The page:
Scott’s impatience with the movie establishment is curious given his lofty Hollywood lineage. His father, the director Ridley Scott (“Alien,’’ “Gladiator’’), heads RSA, the production company. His uncle Tony Scott is also a director. Together the elder Scotts run Scott Free Productions, which began in 1995 as a television production company and now produces feature films. The company’s president, Michael Costigan, was a producer of “Welcome to the Rileys.’’

But Jake Scott says his family connections have not really opened doors. “People assume that because of one’s family standing, it’s a lot easier, but my experience has shown that that’s not true.’’

If it were, he argues, it would not have taken him 11 years to make his second feature film. His 1999 debut, “Plunkett & Macleane,’’ was a box office failure for which, he says, he’s paid a price.

“Because of my first film’s failings, it was really hard to convince anyone to back another film,’’ says Scott. “You go to movie jail after you make a film that doesn’t work. God knows it’s hard work making films and, as a first film, it didn’t do me any favors.’’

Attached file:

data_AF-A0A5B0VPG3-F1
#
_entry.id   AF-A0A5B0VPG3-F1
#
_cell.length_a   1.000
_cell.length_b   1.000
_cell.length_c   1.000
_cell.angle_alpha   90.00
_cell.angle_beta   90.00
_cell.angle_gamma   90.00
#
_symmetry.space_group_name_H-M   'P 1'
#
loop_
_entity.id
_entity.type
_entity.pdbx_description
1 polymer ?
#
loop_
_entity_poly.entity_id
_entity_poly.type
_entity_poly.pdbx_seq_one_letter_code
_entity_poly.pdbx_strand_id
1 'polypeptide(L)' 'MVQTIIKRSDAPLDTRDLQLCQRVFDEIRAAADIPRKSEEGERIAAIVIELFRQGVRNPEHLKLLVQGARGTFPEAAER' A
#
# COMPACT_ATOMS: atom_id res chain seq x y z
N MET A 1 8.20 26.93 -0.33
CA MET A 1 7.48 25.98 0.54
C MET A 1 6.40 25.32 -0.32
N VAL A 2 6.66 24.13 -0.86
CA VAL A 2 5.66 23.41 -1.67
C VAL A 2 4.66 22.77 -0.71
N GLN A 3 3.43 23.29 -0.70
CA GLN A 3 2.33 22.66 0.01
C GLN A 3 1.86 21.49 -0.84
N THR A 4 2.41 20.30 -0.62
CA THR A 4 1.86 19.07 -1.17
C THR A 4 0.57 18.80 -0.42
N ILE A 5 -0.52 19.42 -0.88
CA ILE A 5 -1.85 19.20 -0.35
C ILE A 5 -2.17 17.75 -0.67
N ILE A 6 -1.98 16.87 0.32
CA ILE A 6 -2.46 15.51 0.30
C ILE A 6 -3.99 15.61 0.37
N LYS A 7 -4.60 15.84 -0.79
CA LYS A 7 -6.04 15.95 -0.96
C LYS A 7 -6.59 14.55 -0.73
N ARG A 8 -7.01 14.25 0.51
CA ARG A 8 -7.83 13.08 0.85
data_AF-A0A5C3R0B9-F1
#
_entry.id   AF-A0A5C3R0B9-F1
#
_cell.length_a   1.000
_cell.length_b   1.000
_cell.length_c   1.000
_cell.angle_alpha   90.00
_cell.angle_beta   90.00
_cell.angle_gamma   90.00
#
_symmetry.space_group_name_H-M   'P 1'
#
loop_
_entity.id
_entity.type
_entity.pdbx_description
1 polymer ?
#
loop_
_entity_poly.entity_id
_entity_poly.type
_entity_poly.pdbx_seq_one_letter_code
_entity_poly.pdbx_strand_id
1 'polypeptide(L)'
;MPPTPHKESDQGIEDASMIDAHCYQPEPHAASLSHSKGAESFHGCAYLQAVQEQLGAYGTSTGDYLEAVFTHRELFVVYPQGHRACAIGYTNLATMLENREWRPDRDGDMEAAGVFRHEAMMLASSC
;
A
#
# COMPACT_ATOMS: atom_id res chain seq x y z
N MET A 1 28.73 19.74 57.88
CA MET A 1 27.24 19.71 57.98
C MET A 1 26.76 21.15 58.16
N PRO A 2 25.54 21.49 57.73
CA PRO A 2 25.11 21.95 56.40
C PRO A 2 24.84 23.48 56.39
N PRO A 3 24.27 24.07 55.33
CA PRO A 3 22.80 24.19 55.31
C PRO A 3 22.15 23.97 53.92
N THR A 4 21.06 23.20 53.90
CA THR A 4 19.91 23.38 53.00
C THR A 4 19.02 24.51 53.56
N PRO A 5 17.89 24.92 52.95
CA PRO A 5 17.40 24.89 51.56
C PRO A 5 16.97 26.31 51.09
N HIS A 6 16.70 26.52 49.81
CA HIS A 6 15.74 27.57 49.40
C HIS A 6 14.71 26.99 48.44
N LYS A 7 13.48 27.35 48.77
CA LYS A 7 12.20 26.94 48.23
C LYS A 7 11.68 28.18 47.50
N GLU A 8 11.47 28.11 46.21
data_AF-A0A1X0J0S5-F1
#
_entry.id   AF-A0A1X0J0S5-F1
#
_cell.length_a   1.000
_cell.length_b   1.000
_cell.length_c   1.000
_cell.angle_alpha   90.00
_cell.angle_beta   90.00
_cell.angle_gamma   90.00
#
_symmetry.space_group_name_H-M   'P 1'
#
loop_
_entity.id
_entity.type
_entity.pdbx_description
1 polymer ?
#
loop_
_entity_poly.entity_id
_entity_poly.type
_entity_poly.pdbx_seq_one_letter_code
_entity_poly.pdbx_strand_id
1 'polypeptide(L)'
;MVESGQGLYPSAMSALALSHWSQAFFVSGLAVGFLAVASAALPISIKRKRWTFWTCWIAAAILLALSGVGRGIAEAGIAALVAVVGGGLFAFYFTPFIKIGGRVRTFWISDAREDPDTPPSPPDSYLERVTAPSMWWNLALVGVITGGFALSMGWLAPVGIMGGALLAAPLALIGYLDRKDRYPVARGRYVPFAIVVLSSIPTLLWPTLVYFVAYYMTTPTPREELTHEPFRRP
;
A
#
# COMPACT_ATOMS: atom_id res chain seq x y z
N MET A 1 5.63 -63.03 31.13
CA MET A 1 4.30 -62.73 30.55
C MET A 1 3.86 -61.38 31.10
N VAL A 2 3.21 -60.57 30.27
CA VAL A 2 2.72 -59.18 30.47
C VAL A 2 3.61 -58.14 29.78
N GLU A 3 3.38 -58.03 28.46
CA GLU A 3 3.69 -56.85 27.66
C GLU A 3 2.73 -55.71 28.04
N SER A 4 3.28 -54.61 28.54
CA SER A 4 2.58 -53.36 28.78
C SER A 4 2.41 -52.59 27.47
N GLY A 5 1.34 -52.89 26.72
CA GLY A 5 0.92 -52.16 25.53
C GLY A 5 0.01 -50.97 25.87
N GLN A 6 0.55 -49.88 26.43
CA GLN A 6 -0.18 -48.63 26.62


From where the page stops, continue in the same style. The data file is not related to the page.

He probably could have done an action movie, but he was determined to make a character-based film. When he read the “Welcome to the Rileys,’’ script, written by Ken Hixon, he was motivated to orchestrate his prison bust.

The film, which was well received at the Sundance Film Festival last winter, depicts the struggle of parents after their daughter is killed in a car crash. While Doris Riley (Leo) shuts out the world, her husband, Doug (James Gandolfini), tries to find ways to cope. After his mistress suddenly dies, he attends a convention in New Orleans where he meets Mallory, a teenage stripper played by Kristen Stewart. Despite her resistance, Doug is determined to save Mallory. When he tells his wife that he is staying in New Orleans, she manages to overcome her fears and neuroses and drives down to find him. Together, the couple attempts to help the young runaway and keep her safe.

“I came to it as a father,’’ says Scott, who, with his wife, Rhea, has four children ranging from 5 to 16 years old. “I was fascinated by the idea that these conservative Midwestern people are contending with something that’s impossible to imagine. And they go on this journey to this place that is completely opposite to their world and connect with someone who is so horribly damaged.’’